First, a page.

Chinook marks an ignominious end for Sting
Aduro finally runs up the white flag on Sting agonism, and becomes a listed shell for Chinook Therapeutics.
For a field that a few years ago was attracting deals worth hundreds of millions of dollars, Sting agonism has come to an ignominious end. After seeing disappointing results, Aduro, perhaps Sting’s foremost exponent, yesterday ran up the white flag and was reversed into by a private biotech called Chinook Therapeutics.
Perhaps the strangest aspect of this deal is that Aduro still has two deals in place for Sting, with Novartis and Lilly, and a separate anti-CD27 tie-up with Merck & Co, but has now put these “legacy programmes” up for disposal. Its focus turns instead to Chinook’s small pipeline of kidney disease projects.
The most advanced of these is atrasentan, a me-too version of Glaxosmithkline’s Letairis that should resume phase III development for IgA nephropathy in the second half. Atrasentan has a curious history, having first been discontinued by Abbvie, before its phase III Sonar study read out positively, according to a Lancet paper.
CHK-336, an investigational small molecule for treating an undisclosed ultra-rare kidney disease, is in preclinical development. The pipeline also includes Aduro’s own anti-April MAb BION-1301, whose development for multiple myeloma was stopped, and which is now in phase I for IgA nephropathy.
The ownership of the combined company, to be known as Chinook, will be 50/50, with Aduro securing such a relatively high stake largely on account of its existing cash balance, some $200m. Chinook is separately raising $25m to put into the mix, but to all intents and purposes this is a reversal into Aduro by Chinook, whose current management will control the combined business.
Though Aduro had not made much noise about it, the writing had been on the wall for its Sting programme for some time. In December a US SEC filing quietly disclosed that Novartis had removed from its pipeline ADU-S100, the lead asset under the firms’ groundbreaking 2015 Sting deal.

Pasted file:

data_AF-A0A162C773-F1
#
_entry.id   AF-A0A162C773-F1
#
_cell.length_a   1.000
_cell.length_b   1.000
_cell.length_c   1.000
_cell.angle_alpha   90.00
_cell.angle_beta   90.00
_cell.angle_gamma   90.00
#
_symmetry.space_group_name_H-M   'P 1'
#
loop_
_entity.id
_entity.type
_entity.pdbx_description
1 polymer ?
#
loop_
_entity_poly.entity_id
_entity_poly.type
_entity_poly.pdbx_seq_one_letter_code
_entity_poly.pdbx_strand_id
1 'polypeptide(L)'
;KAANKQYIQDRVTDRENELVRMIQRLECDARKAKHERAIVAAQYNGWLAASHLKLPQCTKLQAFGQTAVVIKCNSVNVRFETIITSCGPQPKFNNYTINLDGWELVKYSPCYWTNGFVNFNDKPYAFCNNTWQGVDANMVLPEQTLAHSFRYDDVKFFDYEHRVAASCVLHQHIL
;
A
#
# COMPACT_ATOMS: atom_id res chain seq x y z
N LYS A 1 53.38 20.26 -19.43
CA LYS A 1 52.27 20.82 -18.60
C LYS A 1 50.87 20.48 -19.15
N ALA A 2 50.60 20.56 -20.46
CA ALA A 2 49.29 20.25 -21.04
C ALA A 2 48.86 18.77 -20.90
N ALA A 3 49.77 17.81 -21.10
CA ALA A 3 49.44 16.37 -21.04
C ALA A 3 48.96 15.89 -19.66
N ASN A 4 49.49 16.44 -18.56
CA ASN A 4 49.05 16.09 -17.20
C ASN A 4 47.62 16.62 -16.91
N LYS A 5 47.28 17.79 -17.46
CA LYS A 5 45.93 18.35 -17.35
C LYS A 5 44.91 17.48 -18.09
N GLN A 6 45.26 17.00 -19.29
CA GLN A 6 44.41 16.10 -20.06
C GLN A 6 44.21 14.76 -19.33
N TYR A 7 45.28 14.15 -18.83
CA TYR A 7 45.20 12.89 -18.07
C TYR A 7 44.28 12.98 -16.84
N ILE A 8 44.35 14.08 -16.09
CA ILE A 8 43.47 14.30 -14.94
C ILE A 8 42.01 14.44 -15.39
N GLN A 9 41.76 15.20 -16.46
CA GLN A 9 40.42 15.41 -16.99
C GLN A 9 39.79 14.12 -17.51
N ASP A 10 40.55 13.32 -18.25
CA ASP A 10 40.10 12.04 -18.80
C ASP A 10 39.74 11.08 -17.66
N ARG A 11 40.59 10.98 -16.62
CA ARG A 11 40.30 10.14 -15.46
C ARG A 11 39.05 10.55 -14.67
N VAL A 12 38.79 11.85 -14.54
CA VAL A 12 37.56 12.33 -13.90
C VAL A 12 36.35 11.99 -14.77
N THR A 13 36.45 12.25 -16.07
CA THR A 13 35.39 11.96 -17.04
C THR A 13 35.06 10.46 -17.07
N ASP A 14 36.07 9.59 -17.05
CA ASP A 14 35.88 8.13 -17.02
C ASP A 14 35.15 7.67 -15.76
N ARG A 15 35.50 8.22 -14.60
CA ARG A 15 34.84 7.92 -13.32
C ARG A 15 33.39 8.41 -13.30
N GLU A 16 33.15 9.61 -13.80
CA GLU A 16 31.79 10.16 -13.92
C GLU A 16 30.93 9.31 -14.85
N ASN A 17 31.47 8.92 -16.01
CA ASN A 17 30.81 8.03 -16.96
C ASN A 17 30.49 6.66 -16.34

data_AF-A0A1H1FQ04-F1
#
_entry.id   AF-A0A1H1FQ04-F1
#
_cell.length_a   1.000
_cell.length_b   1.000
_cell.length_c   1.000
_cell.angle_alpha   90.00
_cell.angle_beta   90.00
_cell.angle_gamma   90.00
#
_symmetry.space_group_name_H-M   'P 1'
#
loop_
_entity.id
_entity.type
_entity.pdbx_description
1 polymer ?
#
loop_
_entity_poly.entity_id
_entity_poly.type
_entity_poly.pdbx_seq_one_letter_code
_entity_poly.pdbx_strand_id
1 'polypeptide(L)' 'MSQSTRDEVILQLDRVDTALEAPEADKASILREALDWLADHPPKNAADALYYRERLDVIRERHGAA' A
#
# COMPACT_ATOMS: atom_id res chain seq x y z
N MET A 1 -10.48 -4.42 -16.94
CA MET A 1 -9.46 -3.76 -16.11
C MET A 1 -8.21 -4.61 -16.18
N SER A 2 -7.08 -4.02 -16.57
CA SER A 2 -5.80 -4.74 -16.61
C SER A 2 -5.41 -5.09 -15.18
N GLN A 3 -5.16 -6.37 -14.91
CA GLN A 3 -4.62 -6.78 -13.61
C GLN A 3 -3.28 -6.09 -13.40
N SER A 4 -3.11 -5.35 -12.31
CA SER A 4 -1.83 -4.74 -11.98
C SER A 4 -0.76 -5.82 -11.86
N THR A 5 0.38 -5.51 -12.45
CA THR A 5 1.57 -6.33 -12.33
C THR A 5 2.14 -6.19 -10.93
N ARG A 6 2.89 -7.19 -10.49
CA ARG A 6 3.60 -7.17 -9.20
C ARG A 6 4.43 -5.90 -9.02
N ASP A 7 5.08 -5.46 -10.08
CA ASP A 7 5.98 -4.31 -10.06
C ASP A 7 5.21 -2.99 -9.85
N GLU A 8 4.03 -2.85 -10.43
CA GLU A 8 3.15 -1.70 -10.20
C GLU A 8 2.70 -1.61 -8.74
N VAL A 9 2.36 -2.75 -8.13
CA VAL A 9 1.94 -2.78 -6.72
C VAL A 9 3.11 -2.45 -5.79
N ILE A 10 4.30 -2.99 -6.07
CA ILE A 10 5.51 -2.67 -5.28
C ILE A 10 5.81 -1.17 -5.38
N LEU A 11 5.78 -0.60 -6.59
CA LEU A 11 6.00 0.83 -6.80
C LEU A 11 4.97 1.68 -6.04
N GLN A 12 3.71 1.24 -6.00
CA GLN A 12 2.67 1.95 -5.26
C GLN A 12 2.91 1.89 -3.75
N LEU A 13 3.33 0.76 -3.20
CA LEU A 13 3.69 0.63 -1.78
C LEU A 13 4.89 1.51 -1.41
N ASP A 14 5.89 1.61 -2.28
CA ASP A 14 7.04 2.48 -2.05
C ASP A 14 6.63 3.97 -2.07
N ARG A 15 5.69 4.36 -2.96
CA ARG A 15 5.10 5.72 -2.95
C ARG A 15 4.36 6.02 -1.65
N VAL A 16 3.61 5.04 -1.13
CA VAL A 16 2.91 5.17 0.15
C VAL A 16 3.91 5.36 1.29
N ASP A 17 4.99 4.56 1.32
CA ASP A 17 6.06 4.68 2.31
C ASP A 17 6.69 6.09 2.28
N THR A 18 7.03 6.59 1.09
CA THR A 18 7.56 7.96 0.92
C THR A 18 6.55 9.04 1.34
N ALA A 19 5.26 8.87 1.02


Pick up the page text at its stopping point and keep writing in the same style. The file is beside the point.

That deal had catapulted Sting into the spotlight as a novel immuno-oncology pathway (Pre-IPO Sting gives Novartis a stake in Aduro, March 30, 2015). More was to follow, as Lilly bought into Aduro’s Sting antagonist approach, Bristol-Myers Squibb paid $300m for the Sting player IFM Therapeutics, and Abbvie acquired Mavupharma for an undisclosed amount.
But all was not well, as clinical data fired blanks: Merck & Co’s in-house Sting agonist MK-1454 stunned attendees of the 2018 Esmo meeting with a 0% response rate as monotherapy, and ADU-S100 itself disappointed at Asco last year.
Based on the data Novartis decided to wind down ADU-S100 combo trials with spartalizumab and with Yervoy, while a Keytruda combo trial in first-line head and neck cancer continues to its second-half 2020 readout. In January Aduro revealed a restructuring, laying off 59% of its workforce.
And the rest?
If Aduro and Novartis have admitted that Sting is a dud, where does this leave the numerous other players? Abbvie, for instance, does not mention any specific Mavupharma assets in its pipeline.
On the other hand Bristol still lists Sting in its pipeline, and BMS-986301 is in an Opdivo/Yervoy combo trial slated to end in 2022. Eisai’s E7766, Glaxosmithkline’s GSK3745417, Spring Bank’s SB 11285 and Synbio’s SYNB1891 all recently started phase I – a paradoxical development given how the class has underwhelmed.
It is still possible for Aduro/Chinook to offload these types of assets to a start-up with a sufficient appetite for risk, but investors should perhaps not expect a massive windfall.